Sunday, June 26, 2016

One's Real Self

"As the self is borne away, as the central ego or clot thins, so is the self more profoundly and centrally enriched. This is a common experience. It happens. The wording, the analogy, may be matter for debate. There is no doubt about the happening, about the feeling, the apprehension, that in those minutes one was with one's real self, and also with that which was beyond the real self but yet of which the real self was part...

...In that extraordinary moment when one becomes aware of oneself, self-aware, it is exactly as if there was an over-self seeing the ordinary self, and this creates a sort of amplitude of being in which there is light, and delight, and understanding. The 'first self' and the 'second self' (or, above, the ordinary and the overself) are now one, and second containing the first within its circle, which can - and generally does - expand outwards with a wonderful sense of freedom, or may narrow upon the first self with an understanding that has its own clear affection, a seeing that comprehends the whole, the unity and accepts within a - or the - region of ultimate reality."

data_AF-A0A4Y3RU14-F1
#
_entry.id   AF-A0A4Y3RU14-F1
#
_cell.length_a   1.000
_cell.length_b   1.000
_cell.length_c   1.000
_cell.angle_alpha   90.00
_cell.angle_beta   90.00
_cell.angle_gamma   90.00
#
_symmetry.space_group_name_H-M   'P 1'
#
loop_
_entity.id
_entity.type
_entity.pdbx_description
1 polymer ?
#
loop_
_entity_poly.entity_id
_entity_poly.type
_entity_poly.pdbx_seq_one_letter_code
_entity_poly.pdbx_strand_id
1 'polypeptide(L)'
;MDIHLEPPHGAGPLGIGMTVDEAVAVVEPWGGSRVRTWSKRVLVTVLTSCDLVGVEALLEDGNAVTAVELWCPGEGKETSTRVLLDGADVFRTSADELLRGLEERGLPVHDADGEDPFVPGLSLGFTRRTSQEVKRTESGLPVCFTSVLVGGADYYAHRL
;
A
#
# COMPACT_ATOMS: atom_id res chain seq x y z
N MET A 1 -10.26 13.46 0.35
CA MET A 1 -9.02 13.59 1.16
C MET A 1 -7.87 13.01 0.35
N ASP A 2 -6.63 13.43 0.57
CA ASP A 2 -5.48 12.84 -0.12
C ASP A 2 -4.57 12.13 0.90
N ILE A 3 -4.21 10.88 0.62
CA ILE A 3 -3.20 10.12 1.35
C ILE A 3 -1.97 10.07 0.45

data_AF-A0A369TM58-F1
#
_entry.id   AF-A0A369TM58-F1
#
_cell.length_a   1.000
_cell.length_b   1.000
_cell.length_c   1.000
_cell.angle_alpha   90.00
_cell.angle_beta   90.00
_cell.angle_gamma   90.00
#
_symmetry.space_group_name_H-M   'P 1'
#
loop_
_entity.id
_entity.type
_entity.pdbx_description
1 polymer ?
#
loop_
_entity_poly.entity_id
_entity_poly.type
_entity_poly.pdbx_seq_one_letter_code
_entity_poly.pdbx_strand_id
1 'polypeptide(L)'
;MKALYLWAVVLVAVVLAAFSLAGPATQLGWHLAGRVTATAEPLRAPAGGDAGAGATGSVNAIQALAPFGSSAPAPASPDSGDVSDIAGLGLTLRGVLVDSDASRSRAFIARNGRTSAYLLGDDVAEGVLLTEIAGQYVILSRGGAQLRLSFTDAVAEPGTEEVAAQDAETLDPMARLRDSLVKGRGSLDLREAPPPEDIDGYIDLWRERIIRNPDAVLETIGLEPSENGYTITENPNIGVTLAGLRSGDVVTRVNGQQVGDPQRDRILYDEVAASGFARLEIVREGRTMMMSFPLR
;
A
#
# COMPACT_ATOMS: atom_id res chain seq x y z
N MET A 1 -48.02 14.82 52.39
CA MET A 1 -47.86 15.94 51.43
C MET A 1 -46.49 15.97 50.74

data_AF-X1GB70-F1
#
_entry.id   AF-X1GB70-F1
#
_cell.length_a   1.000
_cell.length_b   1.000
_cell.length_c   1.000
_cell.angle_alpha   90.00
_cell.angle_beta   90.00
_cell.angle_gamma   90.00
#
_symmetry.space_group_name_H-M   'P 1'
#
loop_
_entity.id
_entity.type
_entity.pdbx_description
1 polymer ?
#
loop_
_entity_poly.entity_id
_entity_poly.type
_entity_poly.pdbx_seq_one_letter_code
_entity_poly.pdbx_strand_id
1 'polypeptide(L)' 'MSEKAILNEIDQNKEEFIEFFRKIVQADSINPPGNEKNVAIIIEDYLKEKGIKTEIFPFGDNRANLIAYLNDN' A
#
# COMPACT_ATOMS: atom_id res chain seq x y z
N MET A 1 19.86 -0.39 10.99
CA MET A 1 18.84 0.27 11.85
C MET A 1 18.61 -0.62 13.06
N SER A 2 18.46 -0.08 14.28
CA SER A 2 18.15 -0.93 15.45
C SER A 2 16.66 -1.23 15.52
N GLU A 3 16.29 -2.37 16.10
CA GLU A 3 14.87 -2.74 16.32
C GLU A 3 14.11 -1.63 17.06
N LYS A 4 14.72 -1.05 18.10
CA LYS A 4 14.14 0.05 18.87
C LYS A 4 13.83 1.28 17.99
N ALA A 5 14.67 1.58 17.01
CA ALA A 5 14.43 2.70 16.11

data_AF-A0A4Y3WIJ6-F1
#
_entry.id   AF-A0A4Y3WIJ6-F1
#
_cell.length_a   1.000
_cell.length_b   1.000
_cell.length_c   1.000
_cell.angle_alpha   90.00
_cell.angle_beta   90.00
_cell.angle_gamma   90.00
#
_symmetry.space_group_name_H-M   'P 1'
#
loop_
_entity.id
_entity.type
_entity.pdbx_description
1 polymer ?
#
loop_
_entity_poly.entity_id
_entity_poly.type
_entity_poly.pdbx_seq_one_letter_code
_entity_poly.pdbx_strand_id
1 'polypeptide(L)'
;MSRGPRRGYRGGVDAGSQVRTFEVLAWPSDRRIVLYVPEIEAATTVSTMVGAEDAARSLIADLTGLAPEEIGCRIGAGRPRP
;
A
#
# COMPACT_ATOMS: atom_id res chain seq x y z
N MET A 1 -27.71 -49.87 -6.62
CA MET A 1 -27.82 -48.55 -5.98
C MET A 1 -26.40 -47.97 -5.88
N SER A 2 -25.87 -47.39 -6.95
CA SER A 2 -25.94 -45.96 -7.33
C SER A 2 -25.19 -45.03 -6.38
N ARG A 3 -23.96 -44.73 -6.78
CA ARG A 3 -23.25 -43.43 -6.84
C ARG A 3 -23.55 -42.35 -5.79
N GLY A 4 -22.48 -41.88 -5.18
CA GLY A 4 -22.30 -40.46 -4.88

- Neil M Gunn (1891-1973)

Postscript 1: The image above was captured in 2009 during a trip my wife and I took to Scotland, which is where we will again be for the next three weeks or so (mostly on the Isle of Skye). So, for those of you kind enough to frequent these pages every now and then, please rest assured that the apparent dearth of images over the interim means only that this humble blog's author is out capturing new images to post in the weeks to come.